DAN KAZUNGU KAMBI: FROM POVERTY TO IBM TO CABINET
DAN KAZUNGU KAMBI, CS MINING / “We used to sit on logs as there were no desks in school. The first time I saw a desk was when I reached standard five. It was only in class eight that I got a taste of a classroom with cemented floor.” Everything looked ble
Dan Kazungu quit a high-flying job at IBM, the iconic American technology leader, to join politics.
At IBM, the man who is now Kenya’s Mining Cabinet Secretary and the immediate former Malindi MP, was in charge of seven countries in Eastern Africa.
“It was a tough assignment as I had new products to deal with, which were complex,” he says.
By 2012, Kazungu had risen to the top when he was recognised within the company as one of the top Global Achievers.
This was in part for masterminding its success in Ethiopia and Kenya.
His efforts received special mention by the IBM Global Chief Finance Officer.
This was during an investor briefing at the New York Stock Exchange on the success of IBM’s Africa strategy.
He would later get more accolades from the IBM Africa leadership team congratulated him.
Kazungu was making headlines, winning big projects for IBM besides the good salary.
But even as revelled in the good life something was eating him up.
The thing was his background: The difficult rural life that he grew up in, and which defined every facet of his life.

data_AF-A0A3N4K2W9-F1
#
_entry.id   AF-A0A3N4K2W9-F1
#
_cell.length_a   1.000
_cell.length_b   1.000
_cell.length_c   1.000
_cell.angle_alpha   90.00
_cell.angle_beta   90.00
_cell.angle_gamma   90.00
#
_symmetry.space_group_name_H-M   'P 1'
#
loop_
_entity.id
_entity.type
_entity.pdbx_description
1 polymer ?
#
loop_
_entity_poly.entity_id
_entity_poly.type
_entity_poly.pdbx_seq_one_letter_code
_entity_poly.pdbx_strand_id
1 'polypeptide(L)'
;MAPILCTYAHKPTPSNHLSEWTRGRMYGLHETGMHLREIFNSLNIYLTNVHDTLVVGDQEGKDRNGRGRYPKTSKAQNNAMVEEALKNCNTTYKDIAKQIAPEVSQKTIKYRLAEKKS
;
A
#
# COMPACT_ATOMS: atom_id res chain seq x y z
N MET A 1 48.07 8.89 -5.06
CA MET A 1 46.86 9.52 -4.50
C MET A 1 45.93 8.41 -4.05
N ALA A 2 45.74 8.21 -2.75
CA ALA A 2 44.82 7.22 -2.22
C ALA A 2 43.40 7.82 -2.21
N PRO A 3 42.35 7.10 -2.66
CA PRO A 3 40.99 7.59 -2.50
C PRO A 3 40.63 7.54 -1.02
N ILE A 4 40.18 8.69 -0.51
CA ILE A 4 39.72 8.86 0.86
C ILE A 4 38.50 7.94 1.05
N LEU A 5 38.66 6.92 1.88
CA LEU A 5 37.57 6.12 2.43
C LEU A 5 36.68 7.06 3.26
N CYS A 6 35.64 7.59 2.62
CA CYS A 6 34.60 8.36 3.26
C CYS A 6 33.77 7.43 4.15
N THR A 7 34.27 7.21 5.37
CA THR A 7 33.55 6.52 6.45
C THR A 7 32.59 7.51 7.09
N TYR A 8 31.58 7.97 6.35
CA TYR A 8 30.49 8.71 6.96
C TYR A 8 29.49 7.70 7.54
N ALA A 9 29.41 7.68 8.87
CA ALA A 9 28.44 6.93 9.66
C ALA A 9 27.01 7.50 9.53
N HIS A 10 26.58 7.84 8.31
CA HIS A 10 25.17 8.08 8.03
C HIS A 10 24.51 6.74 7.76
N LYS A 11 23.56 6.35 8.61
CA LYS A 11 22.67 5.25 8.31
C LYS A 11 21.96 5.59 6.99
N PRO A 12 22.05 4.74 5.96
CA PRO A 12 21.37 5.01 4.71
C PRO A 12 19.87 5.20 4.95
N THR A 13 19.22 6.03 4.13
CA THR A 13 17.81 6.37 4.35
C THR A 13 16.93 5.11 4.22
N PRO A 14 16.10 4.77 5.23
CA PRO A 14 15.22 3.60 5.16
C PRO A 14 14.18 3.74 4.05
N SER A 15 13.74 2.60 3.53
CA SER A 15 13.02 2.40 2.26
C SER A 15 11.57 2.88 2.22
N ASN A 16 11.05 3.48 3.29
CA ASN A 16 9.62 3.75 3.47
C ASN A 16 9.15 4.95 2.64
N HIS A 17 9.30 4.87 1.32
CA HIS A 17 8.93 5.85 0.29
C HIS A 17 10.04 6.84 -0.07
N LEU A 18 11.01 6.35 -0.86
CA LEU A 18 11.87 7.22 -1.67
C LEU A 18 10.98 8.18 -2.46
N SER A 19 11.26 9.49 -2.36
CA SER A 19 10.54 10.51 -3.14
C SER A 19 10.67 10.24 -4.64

He was only 14 when his father died leaving behind five wives and 15 children.
The same year his school was closed down for fear of diseases outbreak because it had no toilets.
Forced to go to another school a long distance away, he found life in the new school was not easy either.
“We used to sit on logs as there were no desks in school. The first time I saw a desk was when I reached standard five. It was only in class eight that I got a taste of a classroom with cemented floor.” Everything looked bleak for the future MP and CS until his uncle’s interventionmade the difference.”
“He took my results and sought out well-wishers for me,” he says. The Lions Club of Mombasa, Rotary Club of Mombasa, National Council of Churches of Kenya responded, offering to sponsor him as long as he maintained the top grades.
The idea of joining politics was always at the back of his mind, even as he enjoyed his status as a top-tier global technocrat. Owing to his humble background, he wanted to help transform the lives of people.
While he was an MP, he embarked on three major projects.
These were the upgrading of the Malindi Airport to International standards, the tarmacking of the Malindi Salagate road and the Malindi Beach Upgrade Project.
HE WAS ONLY 14 WHEN HIS FATHER DIED, LEAVING BEHIND FIVE WIVES AND 15 CHILDREN